#1
I have a few questions

Im writing a song, Its in the key of C. (no accidentals)
My chord progression at the start is (vi-IV-I-V)

I have wrote the intro [rythm,lead(acoustic),drums], and Im trying to figure how to join the intro to my first verse.
The intro is slow and acoustic (arpeggios) backed by rythm with a steady drum beat, but i want it to get heaver after the intro.
For the change, Instead of the acoustic lead, its turns to a distorted lead, and the tempo increases (from 100 to say 120).
How do I make it change without it sounding rubbish
Should i use a certain chord between the transition ?
A chord that creates dissonace?
Or do I need to find out about cadences ?

Thanks for any help
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Last edited by iruka2998 at Sep 11, 2007,
#2
If you want to move smoothly between sections, you could try ending the intro with a V7 or vii diminished chord/arpeggio. This effectively creates a tension, which is released by the next section.

Learning about cadences would definitely be useful. I don't know much about them, but the important ones are, I think:

Perfect: V7 - I, sounds very final, like a musical full stop.
Plagal: IV - I, sounds final, like the "amen" in some hymns.

Imperfect: anything - V, sounds unfinished, like a musical apostrophe.
Interrupted: V - anything other than I , sound either like a surprising new ending or a move to something new depending on the second chord.

See here:

http://www.dolmetsch.com/musictheory22.htm
Quote by VR2005
Very good post Marmoseti, you're on the right track.



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#3
One that you left out is the Deceptive cadence, which goes V-vi in major, or V-VI in minor. The vi/VI shares two notes with the i/I, so the resolution is close, but now you have a new root, and the third is different from the tonic. If the tonic is minor, the VI is major, and vice versa.

Now, I assume you're staying with the same chord progression? One idea might be: begin with arpeggiated chords (like you said). At the time of the transition, stay on the V chord for an extra one or two bars, to build up tension. During those bars, switch the arpeggiations to more aggressive strumming, and liven up the drums (maybe double the speed you're hitting the hi-hat, or something). Speed up the tempo, and then bring in the distortion just as you go back into the progression.
(Slightly outdated) Electronic and classical compositions by m'self: Check 'em out
#4
I thought that interrupted cadences could be deceptive cadences, which is why I said interrupted cadences could sound "like a surprising new ending." I could well be wrong on that though
Quote by VR2005
Very good post Marmoseti, you're on the right track.



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#5
Another question: to keep my song in the key of C, there must be no accidentals, but what If i had a part of the song, where the guitar hits say F-sharp, two/three times(within one bar).
Would it messup the whole song, or would my song still sound ok.

Yet another question: To keep a song in the key Of C.
Would i have to play only C scales/modes (not playing any accidentals though).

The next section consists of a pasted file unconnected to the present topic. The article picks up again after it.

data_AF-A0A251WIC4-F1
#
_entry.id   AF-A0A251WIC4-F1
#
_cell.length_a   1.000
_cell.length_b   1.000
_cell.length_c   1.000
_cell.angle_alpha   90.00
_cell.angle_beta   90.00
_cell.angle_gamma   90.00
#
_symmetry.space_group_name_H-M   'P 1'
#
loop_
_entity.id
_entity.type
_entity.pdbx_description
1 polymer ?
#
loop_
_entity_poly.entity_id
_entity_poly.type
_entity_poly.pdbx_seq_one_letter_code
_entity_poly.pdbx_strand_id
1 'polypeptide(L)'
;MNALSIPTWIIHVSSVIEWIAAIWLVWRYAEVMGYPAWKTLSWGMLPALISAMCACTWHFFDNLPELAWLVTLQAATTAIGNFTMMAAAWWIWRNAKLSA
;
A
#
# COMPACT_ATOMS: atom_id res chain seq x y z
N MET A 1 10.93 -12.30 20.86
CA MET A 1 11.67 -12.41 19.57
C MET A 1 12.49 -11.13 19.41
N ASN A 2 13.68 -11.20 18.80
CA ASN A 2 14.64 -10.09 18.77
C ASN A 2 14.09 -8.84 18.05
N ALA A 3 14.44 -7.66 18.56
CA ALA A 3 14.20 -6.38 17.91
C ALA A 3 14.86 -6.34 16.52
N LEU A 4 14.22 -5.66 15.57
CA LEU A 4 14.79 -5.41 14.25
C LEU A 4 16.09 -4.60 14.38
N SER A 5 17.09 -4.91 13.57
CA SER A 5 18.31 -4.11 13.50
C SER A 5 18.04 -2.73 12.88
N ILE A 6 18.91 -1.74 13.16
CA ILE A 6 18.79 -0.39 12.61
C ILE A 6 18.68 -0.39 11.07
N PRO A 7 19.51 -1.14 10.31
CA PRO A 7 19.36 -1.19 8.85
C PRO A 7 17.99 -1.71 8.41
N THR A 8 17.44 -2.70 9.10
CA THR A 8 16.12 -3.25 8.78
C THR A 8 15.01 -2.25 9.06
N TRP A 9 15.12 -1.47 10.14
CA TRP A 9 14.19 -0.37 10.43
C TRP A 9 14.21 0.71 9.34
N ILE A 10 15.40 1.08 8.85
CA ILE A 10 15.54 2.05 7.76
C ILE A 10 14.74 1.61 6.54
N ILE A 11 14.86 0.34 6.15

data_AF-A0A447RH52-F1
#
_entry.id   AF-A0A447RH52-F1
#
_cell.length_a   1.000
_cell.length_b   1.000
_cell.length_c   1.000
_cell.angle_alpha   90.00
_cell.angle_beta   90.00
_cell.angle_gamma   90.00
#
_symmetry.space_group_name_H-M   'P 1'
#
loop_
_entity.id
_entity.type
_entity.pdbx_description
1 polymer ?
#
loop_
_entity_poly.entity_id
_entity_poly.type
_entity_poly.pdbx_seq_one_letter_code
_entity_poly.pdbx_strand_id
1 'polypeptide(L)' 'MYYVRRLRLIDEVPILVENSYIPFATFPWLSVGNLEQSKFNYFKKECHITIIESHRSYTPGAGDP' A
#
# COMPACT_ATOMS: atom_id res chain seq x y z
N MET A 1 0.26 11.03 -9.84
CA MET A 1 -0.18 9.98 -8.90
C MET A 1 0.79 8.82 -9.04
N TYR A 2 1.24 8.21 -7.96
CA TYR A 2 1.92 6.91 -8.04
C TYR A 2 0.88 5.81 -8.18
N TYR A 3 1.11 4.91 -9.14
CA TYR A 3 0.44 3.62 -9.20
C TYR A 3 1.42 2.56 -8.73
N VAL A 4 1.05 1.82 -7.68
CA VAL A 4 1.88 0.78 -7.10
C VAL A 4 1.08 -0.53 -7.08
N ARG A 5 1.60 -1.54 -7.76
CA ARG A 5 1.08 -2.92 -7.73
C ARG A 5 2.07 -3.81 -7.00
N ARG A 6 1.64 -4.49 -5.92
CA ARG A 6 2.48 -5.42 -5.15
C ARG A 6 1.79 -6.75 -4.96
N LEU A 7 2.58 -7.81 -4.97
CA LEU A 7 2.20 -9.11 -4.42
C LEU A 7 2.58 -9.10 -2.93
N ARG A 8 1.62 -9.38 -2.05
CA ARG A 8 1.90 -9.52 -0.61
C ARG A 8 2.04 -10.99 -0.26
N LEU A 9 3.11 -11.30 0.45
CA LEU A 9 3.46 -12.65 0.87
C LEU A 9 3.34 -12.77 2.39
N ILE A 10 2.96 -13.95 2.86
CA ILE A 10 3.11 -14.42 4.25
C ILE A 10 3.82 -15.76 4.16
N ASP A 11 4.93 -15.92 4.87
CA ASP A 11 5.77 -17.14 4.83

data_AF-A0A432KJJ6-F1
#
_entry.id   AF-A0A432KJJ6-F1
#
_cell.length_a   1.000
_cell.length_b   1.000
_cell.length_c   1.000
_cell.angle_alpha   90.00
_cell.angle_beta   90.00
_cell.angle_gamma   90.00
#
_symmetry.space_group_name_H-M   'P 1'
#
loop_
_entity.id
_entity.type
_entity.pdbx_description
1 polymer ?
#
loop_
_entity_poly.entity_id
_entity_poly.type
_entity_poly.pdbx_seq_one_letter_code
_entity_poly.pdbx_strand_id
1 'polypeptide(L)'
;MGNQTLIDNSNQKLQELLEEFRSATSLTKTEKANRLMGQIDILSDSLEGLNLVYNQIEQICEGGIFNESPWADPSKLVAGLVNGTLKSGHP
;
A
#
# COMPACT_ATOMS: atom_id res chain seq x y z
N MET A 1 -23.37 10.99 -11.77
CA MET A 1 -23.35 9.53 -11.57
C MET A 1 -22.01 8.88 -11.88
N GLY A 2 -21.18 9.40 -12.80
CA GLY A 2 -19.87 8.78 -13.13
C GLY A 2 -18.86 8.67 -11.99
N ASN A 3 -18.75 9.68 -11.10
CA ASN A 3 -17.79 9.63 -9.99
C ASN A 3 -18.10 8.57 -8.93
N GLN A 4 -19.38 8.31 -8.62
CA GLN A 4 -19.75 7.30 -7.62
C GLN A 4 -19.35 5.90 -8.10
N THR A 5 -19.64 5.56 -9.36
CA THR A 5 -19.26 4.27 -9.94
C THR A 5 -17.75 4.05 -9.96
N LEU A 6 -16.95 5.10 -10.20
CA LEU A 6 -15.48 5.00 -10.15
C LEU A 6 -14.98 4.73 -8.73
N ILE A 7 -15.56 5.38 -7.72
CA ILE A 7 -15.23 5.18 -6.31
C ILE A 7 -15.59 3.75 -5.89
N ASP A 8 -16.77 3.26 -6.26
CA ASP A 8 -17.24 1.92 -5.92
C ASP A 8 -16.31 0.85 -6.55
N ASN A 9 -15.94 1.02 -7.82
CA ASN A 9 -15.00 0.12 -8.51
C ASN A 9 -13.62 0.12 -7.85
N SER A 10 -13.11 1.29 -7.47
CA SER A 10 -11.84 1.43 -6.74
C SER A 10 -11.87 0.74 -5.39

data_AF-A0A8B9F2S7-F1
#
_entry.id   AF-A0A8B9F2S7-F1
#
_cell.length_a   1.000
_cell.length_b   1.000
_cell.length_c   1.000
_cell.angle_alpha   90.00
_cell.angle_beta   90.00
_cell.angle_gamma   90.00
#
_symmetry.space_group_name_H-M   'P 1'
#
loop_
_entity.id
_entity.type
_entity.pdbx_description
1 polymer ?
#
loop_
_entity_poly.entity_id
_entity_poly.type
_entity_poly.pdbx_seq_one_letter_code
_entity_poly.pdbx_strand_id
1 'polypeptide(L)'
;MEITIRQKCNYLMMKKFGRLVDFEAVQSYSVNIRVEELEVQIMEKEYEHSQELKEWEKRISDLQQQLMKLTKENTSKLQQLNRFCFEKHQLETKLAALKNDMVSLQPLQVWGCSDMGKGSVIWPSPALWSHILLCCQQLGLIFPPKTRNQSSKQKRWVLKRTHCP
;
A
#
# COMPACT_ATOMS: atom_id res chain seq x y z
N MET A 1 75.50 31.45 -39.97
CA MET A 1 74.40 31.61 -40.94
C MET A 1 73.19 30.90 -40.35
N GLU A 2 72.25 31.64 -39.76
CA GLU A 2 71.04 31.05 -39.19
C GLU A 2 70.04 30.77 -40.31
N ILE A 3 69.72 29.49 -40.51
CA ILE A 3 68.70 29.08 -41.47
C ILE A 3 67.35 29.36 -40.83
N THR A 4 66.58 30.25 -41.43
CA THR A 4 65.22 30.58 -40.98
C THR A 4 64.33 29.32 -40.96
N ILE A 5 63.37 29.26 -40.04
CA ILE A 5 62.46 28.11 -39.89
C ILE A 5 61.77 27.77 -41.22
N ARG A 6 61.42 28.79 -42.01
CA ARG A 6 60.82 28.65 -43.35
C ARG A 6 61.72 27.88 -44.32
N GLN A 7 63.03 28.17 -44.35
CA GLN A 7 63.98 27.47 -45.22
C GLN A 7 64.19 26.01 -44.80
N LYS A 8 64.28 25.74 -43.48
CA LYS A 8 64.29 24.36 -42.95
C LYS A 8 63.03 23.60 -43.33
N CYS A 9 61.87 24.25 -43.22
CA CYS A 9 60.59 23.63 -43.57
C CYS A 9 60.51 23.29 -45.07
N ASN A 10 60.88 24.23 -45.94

Or could I incorporate scales like 'A pentatonic minor' since there are no accidentals.

And thanks for the link, lots of reading
If anyone can answer these for me its really appreciated.
|-----| Gear |-----|

Ibanez RG(cnt remember)
Marshall MG30DFX
Line 6 Guitar Port


YOUTUBE PR0NZZ
Last edited by iruka2998 at Sep 11, 2007,
#6
Quote by iruka2998
Another question: to keep my song in the key of C, there must be no accidentals, but what If i had a part of the song, where the guitar hits say F-sharp, two/three times(within one bar).
Would it messup the whole song, or would my song still sound ok.

Yet another question: To keep a song in the key Of C.
Would i have to play only C scales/modes (not playing any accidentals though).
Or could I incorporate scales like 'A pentatonic minor' since there are no accidentals.

And thanks for the link, lots of reading
If anyone can answer these for me its really appreciated.


It would still be in C, just the F#s would be passing tones, I wouldnt rest too long on them unless you want some serious tension/dissonance. A minor pent. over a C chord is just C major I think?
Quote by cakemonster91

*chuckle* A peanut. With a face.



Go to your staff paper and re-write this song a half step down so on the paper it'll be like you have a "C" just move it down to a "B#"




Know your theory, then play like you don't.

#7
Quote by Peanut1614
A minor pent. over a C chord is just C major I think?


Yeah I think so.


But if its in the key of C, am I allowed to use scales with root notes other than C ?
|-----| Gear |-----|

Ibanez RG(cnt remember)
Marshall MG30DFX
Line 6 Guitar Port


YOUTUBE PR0NZZ
#8
Don't feel that you have to use only notes in C major just so you can say "it's in key." What matters is how it sounds, and if it sounds good using lots of other notes and scales, go ahead and do it. No one cares if it is strictly diatonic, they care about the sound. You need to be able to write in key, but you're certainly not forced to.
Quote by VR2005
Very good post Marmoseti, you're on the right track.



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#9
Quote by marmoseti
Don't feel that you have to use only notes in C major just so you can say "it's in key." What matters is how it sounds, and if it sounds good using lots of other notes and scales, go ahead and do it. No one cares if it is strictly diatonic, they care about the sound. You need to be able to write in key, but you're certainly not forced to.


thanks
|-----| Gear |-----|

Ibanez RG(cnt remember)
Marshall MG30DFX
Line 6 Guitar Port


YOUTUBE PR0NZZ